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The head of the Centers for Disease Control and Prevention confirmed on Sunday that the Food and Drug Administration was speeding the approval process for the “omicron” variant of COVID-19, which emerged recently in South African and has since spread to the United States and other countries.
Dr. Rochelle Walensky’s confirmation comes following a report by The Wall Street Journal last week suggesting that the FDA was examing ways to quickly review medications and vaccines that are specific to the omicron variant in the event they would become necessary, The Hill noted on Sunday.
“You know, one of the things about a booster — about a variant-specific booster — I know Moderna, Pfizer, Johnson and Johnson say they can all do this fairly quickly within three months. But then you have FDA approval. Is there any world where you can see that moving much faster given we’ve already been through this?” ABC’s “This Week” co-anchor Martha Raddatz asked Walensky.
“Yeah, you know, much of that I would have to defer to the FDA, but they’re already in conversations about streamlining the authorization of this, of an omicron-specific vaccine, partially because much of the vaccine is actually exactly the same and really, it would just be that mRNA code that would have to change,” Walensky responded.
“So those conversations are ongoing, and certainly, FDA will move swiftly and CDC will move swiftly right thereafter,” the CDC director noted further.
The WSJ said that the FDA is attempting to set up parameters for studies involving an omicron vaccine and drug approval if needed. Regarding shots, pharmaceutical companies may be authorized to study the immune responses of hundreds of people compared to normal vaccine trials that require COVID-19 to be detected in a person and feature thousands of patients.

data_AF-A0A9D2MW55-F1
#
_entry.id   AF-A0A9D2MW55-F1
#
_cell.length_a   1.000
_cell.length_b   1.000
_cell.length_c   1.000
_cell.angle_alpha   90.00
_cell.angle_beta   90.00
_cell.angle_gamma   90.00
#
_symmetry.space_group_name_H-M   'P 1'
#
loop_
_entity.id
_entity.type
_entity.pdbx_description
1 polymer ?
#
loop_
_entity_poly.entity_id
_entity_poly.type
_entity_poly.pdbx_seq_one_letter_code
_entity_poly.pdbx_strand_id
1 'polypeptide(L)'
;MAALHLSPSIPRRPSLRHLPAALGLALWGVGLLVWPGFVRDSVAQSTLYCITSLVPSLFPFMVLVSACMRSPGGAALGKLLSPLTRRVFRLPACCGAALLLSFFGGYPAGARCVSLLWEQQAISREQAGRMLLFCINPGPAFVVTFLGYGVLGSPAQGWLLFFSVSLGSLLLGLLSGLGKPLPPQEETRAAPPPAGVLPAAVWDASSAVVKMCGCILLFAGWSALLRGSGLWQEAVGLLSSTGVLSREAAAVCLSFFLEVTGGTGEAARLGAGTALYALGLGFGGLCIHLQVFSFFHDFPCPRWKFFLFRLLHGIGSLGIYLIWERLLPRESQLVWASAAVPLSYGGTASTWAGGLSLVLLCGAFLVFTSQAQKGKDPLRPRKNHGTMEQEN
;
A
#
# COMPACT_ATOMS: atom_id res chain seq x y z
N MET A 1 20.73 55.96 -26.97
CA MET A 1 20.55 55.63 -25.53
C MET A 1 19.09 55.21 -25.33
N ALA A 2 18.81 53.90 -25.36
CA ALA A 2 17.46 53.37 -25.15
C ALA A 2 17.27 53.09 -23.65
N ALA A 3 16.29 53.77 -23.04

A person familiar with the situation told the Journal that the process could take as little as three months, after which the FDA would need one to two weeks to make a decision on whether to authorize a new vaccine or medication following the rapid review process.
“We could probably get a good bit of mileage just from boosting with the ancestral strain vaccine that we already have,” noted White House chief medical adviser Anthony Fauci on Friday.
But Fauci went on to note that the Biden administration is currently working with drug makers to develop several contingencies that include boosting production of the current regimen of coronavirus vaccines that are effective against the original strain and the new variant and developing a booster that works well against specific variants.
“Historically, the work to obtain the genetic information and patient samples for variants and then perform the testing needed to evaluate their impact takes time,” acting FDA Commissioner Janet Woodcock said in a statement Monday regarding work on the omicron variant.
“However, we expect the vast majority of this work to be completed in the coming weeks,” she added.
Meanwhile, Surgeon General Vivek Murthy told “Fox News Sunday” that while Americans should remain “more vigilant” about the new variant, there is no reason to panic, noting that existing guidelines and safety protocols are sufficient.
“We do know that the measures that we take to protect ourselves from the spread of COVID, including wearing masks in indoor spaces, being in well ventilated spaces. Those work… and will work against Omicron,” said Murthy.
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